County supervisor bikes to work, meetings

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Thursday, May 03, 2007
By Yokota Fritz


Ken Yeager is a Santa Clara County Supervisor. He also is a member of Caltrain's Board of Directors and the Valley Transportation Authority board. He chairs the BART policy advisory board for VTA, he is Santa Clara County's representative on the Association of Bay Area Governments, and he is the county's representative for the Metropolitan Transportation Commission.

As a member of all of these positions, Ken must attend a lot of meetings. For the month of May, he has committed to ride his bicycle to work and to these meetings. “One of the top concerns in the Bay Area is traffic, and if enough of us ride our bicycles to work, we can make a difference,” said Ken.

You can follow his daily rides at his blog, Ken Bikes.

“Not only does biking to work relieve congestion and wear and tear on our roadways, it also incorporates daily exercise into a busy work schedule.”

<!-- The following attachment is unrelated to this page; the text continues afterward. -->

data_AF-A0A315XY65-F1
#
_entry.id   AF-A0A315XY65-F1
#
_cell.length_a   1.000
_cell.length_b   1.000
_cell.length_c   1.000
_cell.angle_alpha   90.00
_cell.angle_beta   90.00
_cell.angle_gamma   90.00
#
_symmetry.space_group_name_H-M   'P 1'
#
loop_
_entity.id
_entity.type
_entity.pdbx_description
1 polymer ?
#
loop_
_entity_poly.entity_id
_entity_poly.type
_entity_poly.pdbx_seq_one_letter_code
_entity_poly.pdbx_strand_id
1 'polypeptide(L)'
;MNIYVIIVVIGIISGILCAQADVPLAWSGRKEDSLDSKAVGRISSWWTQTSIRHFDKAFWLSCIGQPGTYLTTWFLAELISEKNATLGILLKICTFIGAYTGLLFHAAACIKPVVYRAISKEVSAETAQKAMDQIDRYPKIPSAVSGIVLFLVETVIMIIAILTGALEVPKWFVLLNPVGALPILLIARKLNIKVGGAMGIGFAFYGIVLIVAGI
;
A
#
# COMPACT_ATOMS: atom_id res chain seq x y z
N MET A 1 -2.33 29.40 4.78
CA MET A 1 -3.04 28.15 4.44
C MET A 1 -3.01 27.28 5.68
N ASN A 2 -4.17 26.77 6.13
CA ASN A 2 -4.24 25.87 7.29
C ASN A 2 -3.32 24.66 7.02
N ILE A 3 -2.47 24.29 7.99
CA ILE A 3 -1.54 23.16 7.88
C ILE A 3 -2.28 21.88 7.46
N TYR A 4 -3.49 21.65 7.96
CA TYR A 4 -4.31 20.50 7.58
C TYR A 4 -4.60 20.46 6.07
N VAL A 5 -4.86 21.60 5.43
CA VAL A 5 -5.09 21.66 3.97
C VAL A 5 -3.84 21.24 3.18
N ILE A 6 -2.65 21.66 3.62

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Comments:
Good stuff - I only minorly object to his (or agreeing with another's statement): "..he expressed his concern that some of the roads in our community lacked proper bike lanes."

My issue with bike lanes around here (my commute is between Palo Alto and San Mateo) is that they are almost always too close to parked cars - putting me right in the door zone if I were to actually ride in them.

So now, at best, I have my tires on the left-most line of the bike lane, and cars think I'm being an a-hole by edging into "their" space. Never mind that I'm often doing 20-25 in a 25 zone...
 
I commute across Palo Alto and Menlo Park. We might have bumped into each other.

I almost never venture north of Atherton. People always ask for route suggestions from the Peninsula into Palo Alto. Any suggestions?
 
Aha! I have it on bikely:

Stanford to San Mateo

To get in to Palo Alto proper, one could cross the bike bridge from Menlo Park (San Mateo Drive) and hang a left on Sand Hill, crossing El Camino onto Alma, or cut through Stanford and go out University. Routes northeast of El Camino (like Middlefield) become non-nice once you get to Redwood City and points North.

This route is good for commuting as it a.) avoids hills and b.) never strays too far from CalTrain in case of bike trouble.
 
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